This year’s presentation to focus on low stream flows and reservoir operations in the face of a potential drought
By Bob Berwyn
SUMMIT COUNTY — What a difference a year makes.
In early May 2011, Colorado water managers were sounding the alarm about possible flooding as they eyed one of the biggest snowpacks on record. Just 12 months later, some water providers are implementing conservation measures as the state faces drought conditions.
This year’s record-low snowpack and unprecedented early runoff in the Colorado River Basin will present water users with challenges, as ranchers in the Lower Blue grapple with irrigation and municipal water providers try figure out how to keep their reservoirs as full as possible while still meeting demand.
It won’ be easy, considering that much of the Colorado River Basin has already been designated as being in a severe drought by the National Integrated Drought Information System.
Some of the key players in managing stream flows and reservoirs in the Blue River Basin will try answer those questions May 8 at the annual state of the river meeting in Frisco (6:30-8:30 p.m. at the Summit County Community and Senior Center). he event is sponsored by the Colorado River District and the Blue River Watershed Group.
Don’t expect to see these flows in the Blue River this year
Troy Wineland, Blue River Basin water commissioner for the State Engineer’s Office will discuss local stream flows, while Denver Water’s Bob Steger will give an update on the operation of Dillon Reservoir, a key reservoir for Denver and a crucial recreational amenity for Summit County.
According to the latest projections, Denver Water would expect the reservoir to fill by June if precipitation the next few weeks is near- or above average, but if the weather stays dry, the reservoir won’t rise much higher than it is right now.
Regardless of precipitation in the next few weeks, the water level in the reservoir will drop quickly this summer, to well below 9,000 feet with normal to dry conditions (full elevation is about 9,017 feet). Denver Water this past week declared a Stage 1 drought, asking customers to voluntarily cut water use by 10 percent.
So far, local governments have not taken any public steps to acknowledge impending low stream flows, nor have they asked residents to start thinking about water conservation in what could be one of the driest years on record.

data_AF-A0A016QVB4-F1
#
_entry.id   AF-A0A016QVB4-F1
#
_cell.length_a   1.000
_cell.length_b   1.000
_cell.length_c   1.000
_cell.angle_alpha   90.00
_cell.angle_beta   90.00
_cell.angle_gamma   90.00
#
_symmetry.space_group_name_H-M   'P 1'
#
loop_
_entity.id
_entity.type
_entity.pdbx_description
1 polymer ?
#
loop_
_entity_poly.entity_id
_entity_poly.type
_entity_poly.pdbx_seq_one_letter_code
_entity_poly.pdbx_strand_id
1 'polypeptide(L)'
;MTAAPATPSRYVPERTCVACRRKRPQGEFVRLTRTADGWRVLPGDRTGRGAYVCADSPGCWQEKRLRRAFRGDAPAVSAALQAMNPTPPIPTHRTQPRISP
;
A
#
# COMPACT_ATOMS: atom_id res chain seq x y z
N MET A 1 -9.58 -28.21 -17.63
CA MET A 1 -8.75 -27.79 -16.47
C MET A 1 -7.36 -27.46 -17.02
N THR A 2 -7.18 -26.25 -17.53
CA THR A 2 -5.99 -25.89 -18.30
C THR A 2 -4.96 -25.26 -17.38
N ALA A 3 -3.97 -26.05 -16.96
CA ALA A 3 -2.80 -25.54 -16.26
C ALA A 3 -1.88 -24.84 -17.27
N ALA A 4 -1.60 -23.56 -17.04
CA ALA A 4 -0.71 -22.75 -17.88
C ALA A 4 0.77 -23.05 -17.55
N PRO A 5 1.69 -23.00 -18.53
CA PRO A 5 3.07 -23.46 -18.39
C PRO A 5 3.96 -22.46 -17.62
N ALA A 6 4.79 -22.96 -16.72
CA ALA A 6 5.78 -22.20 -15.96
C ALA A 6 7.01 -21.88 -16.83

At the north end of the county, Green Mountain Reservoir probably won’t fill this year, and is likely to end up well short, according the Bureau of Reclamation. The BuRec’s Ron Thomasson will give a more detailed overview at the May 8 meeting.
All this and more factors into a far-reaching water agreement aimed at ending decades of trans-mountain feuding over water. Summit County, Grand County and Denver Water are scheduled to sign the deal on May 15, and Summit County manager Gary Martinez will provide some details on the agreement, which provide some assurance for reservoir levels, provides more water for snowmaking and streamflows, as well as money for water, sewer and environmental projects. Read more in this Summit Voice story.
The meeting also celebrates the 75th anniversary of the Colorado River District, which was formed in 1937 to protect Western Colorado water against diversions across the mountains to the Front Range.
Author George Sibley will talk about how the Summit County-Denver Water relationship has evolved. Sibley is writing the book: “Water Wranglers: the 75 year History of the Colorado River District.”
For more information, please contact: Jim Pokrandt, Colorado River District: email@example.com, 970-945-8522 x 236.
Filed under: climate and weather, Colorado, Drought, Environment, La Niña, rivers, Snow and weather, Summit County snow and weather, water Tagged: | Blue River, Colorado, Colorado River Basin, Colorado River district, drought, State of the River Summit County, water